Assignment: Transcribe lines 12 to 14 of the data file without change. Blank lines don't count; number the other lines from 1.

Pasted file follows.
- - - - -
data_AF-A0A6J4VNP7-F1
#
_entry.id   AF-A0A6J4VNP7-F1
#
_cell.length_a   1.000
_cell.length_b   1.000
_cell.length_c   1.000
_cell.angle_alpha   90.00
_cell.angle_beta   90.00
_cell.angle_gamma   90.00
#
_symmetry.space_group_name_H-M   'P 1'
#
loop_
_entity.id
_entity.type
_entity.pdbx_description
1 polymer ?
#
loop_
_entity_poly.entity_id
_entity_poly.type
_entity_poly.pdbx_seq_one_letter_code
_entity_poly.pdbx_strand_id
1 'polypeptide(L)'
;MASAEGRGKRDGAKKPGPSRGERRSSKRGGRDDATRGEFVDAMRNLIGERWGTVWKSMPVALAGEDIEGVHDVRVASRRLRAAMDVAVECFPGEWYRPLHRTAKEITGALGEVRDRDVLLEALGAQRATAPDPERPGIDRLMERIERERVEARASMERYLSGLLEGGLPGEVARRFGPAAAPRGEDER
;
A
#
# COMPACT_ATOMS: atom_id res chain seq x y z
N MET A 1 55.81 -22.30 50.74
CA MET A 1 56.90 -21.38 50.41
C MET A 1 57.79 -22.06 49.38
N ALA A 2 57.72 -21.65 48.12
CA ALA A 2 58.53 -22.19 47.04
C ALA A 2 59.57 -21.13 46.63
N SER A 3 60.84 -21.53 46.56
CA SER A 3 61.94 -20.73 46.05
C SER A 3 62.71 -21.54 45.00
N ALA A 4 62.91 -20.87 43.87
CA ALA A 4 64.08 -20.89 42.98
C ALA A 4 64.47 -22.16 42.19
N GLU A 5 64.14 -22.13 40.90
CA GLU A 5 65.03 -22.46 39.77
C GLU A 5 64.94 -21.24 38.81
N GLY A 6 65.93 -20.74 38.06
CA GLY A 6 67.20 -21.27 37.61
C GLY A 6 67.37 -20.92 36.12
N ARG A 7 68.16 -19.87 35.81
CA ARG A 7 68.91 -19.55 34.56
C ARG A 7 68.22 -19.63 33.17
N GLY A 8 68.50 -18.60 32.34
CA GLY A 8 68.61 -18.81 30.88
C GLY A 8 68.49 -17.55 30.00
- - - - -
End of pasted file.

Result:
_symmetry.space_group_name_H-M   'P 1'
#
loop_